In this project, the aim is to get children to understand, in a simple and straightforward way, the working of pixels in a display screen and their effect. The idea behind the explanation of
this principle is to get the child to draw any image on a paper with grids, each of the grids corresponding to a respective pixels. Then when this drawing is placed on the bed of sensors, this results in in the respective pixels lighting up.
Interface, interaction modality and user experience
To physically demonstrate this concept, we have two girds, each four by four, consisting of sixteen LEDs in one and sixteen light sensors in another. A paper of the same size as the boxes is provided with grid patterns in it, each corresponding to either one LED or light sensor.
When the child takes the paper with grids in it and colors each segment until he/she arrives at the shape they have in mind, the paper can then be placed onto the bed of sensors.Once this is done the LED’s mapped to the respective sensors, which have been blocked via the painted grids, light up.
This elucidates to the child the mechanizations behind the working of pixels on a screen. The interface is very intuitive and easy to use.
Research and development contexts
It is possible to add multiple features such as the possibility to animate using stop-motionesque overlay of multiple images to create an animation. It is also possible to have a glass paper clip which can act as an switch.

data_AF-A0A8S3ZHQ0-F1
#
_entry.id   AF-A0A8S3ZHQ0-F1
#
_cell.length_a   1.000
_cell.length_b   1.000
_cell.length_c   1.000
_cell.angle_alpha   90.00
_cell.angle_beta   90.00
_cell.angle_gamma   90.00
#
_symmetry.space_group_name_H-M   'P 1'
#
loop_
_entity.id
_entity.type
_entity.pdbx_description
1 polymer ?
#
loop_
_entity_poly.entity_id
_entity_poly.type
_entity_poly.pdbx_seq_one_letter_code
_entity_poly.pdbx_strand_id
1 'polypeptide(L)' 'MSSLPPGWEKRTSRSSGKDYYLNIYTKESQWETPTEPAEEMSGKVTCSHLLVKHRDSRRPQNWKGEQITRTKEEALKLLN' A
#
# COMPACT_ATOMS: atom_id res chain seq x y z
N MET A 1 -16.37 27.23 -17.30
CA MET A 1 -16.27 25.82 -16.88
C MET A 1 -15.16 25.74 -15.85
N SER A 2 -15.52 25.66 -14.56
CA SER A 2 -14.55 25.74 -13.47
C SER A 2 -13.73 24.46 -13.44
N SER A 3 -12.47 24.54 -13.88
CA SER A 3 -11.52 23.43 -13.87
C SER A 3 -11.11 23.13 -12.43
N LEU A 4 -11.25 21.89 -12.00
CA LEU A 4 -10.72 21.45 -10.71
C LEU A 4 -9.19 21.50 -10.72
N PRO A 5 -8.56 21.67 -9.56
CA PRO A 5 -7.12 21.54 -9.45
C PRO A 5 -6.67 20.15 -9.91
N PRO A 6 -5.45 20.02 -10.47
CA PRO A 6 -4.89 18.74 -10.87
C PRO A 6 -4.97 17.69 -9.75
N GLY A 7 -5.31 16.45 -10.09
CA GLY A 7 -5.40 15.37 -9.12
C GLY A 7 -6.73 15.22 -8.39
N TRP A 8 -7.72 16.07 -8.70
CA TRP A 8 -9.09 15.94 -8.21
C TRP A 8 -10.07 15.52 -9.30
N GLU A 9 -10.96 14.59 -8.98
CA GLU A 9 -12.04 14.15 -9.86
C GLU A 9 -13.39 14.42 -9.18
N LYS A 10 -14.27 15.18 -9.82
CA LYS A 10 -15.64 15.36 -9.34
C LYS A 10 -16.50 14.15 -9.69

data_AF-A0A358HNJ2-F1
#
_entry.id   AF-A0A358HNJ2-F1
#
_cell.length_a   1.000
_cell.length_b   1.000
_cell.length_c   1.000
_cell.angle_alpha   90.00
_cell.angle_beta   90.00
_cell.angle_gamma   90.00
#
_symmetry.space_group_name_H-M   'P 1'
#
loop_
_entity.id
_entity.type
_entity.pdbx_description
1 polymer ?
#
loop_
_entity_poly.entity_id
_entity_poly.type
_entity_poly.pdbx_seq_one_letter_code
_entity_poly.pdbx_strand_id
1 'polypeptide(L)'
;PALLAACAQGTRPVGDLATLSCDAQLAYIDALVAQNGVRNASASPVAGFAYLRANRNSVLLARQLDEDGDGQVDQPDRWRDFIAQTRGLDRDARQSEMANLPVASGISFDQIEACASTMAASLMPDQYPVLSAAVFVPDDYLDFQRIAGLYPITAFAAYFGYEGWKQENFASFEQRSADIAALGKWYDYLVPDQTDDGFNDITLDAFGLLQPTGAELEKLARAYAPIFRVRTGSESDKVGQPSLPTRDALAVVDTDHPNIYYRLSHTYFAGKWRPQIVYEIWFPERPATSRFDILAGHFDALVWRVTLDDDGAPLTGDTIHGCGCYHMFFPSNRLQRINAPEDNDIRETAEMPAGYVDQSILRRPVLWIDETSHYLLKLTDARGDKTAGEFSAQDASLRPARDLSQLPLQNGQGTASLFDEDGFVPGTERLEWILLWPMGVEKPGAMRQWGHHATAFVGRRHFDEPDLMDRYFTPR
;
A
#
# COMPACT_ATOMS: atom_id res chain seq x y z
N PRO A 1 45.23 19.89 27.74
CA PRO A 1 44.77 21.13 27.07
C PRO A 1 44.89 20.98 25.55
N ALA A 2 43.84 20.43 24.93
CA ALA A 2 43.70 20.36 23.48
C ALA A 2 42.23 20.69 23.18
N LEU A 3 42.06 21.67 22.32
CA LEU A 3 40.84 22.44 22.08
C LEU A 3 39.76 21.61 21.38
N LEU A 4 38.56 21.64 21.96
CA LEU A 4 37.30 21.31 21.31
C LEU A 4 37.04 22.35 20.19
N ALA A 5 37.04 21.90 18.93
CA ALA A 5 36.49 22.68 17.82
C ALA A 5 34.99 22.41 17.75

We have handmade a matrix of LED’s and light sensors which are soldered together and then we can use each light sensor as an input to the LED(s).The output is achieved via drawing sheets which are outlayed in a grid pattern.Coloring each grid in the desired shape will help the user realise their shape via the pixel like LED’s on the output side.
To achieve this, we used an arduino Mega which was the only chip capable of handling the number of pins we needed (32 in total).We used a total of 16 analog and 16 digital pins for the light sensors and LED’s respectively. A laser cut box was used to encase all these items together and display them. A thin layer of translucent art paper covers the LED’s to give them the feel and effect of real pixel art.
The division containing the drawing paper is placed next to the sensor so that the user can draw the picture and immediately place it upon the sensor to get the respective output. The ergonomics of taking the raw material, using it, applying it to an input and seeing the output in form immediately is very gratifying.